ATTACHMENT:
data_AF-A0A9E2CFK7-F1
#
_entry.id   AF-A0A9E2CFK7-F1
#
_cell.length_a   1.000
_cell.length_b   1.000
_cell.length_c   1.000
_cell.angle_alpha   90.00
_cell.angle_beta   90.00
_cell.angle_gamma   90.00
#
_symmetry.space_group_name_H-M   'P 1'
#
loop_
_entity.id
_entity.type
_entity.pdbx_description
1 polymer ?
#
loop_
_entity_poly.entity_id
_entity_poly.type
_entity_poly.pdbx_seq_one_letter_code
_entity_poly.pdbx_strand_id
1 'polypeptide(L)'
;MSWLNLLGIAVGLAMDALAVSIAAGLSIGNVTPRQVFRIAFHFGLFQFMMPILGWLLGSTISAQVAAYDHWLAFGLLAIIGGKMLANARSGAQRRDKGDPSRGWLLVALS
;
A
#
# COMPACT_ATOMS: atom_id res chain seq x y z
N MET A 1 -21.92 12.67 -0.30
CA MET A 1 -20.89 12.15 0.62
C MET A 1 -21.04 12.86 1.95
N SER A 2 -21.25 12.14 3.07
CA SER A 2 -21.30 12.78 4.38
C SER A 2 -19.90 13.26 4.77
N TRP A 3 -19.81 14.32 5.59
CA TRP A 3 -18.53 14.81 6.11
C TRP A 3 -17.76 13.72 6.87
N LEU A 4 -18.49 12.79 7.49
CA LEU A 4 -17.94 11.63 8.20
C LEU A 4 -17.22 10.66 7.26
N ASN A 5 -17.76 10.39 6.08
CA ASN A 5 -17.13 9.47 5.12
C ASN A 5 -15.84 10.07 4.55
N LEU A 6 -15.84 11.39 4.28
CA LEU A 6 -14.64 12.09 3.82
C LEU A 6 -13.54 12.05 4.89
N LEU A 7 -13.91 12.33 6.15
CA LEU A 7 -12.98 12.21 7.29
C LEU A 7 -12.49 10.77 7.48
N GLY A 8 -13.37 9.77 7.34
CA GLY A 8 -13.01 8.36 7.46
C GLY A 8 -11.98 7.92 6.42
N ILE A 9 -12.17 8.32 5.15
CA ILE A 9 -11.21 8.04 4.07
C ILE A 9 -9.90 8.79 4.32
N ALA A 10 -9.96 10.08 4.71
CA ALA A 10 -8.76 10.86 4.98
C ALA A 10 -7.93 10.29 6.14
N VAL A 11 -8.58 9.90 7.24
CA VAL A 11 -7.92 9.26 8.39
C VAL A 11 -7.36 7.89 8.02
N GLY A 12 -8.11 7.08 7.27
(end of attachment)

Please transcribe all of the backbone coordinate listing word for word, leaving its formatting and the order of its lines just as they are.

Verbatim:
data_AF-A0A9E2CFK7-F1
#
_entry.id   AF-A0A9E2CFK7-F1
#
_cell.length_a   1.000
_cell.length_b   1.000
_cell.length_c   1.000
_cell.angle_alpha   90.00
_cell.angle_beta   90.00
_cell.angle_gamma   90.00
#
_symmetry.space_group_name_H-M   'P 1'
#
loop_
_entity.id
_entity.type
_entity.pdbx_description
1 polymer ?
#
loop_
_entity_poly.entity_id
_entity_poly.type
_entity_poly.pdbx_seq_one_letter_code
_entity_poly.pdbx_strand_id
1 'polypeptide(L)'
;MSWLNLLGIAVGLAMDALAVSIAAGLSIGNVTPRQVFRIAFHFGLFQFMMPILGWLLGSTISAQVAAYDHWLAFGLLAIIGGKMLANARSGAQRRDKGDPSRGWLLVALS
;
A
#
# COMPACT_ATOMS: atom_id res chain seq x y z
N MET A 1 -21.92 12.67 -0.30
CA MET A 1 -20.89 12.15 0.62
C MET A 1 -21.04 12.86 1.95
N SER A 2 -21.25 12.14 3.07
CA SER A 2 -21.30 12.78 4.38
C SER A 2 -19.90 13.26 4.77
N TRP A 3 -19.81 14.32 5.59
CA TRP A 3 -18.53 14.81 6.11
C TRP A 3 -17.76 13.72 6.87
N LEU A 4 -18.49 12.79 7.49
CA LEU A 4 -17.94 11.63 8.20
C LEU A 4 -17.22 10.66 7.26
N ASN A 5 -17.76 10.39 6.08
CA ASN A 5 -17.13 9.47 5.12
C ASN A 5 -15.84 10.07 4.55
N LEU A 6 -15.84 11.39 4.28
CA LEU A 6 -14.64 12.09 3.82
C LEU A 6 -13.54 12.05 4.89
N LEU A 7 -13.91 12.33 6.15
CA LEU A 7 -12.98 12.21 7.29
C LEU A 7 -12.49 10.77 7.48
N GLY A 8 -13.37 9.77 7.34
CA GLY A 8 -13.01 8.36 7.46
C GLY A 8 -11.98 7.92 6.42
N ILE A 9 -12.17 8.32 5.15
CA ILE A 9 -11.21 8.04 4.07
C ILE A 9 -9.90 8.79 4.32
N ALA A 10 -9.96 10.08 4.71
CA ALA A 10 -8.76 10.86 4.98
C ALA A 10 -7.93 10.29 6.14
N VAL A 11 -8.58 9.90 7.24
CA VAL A 11 -7.92 9.26 8.39
C VAL A 11 -7.36 7.89 8.02
N GLY A 12 -8.11 7.08 7.27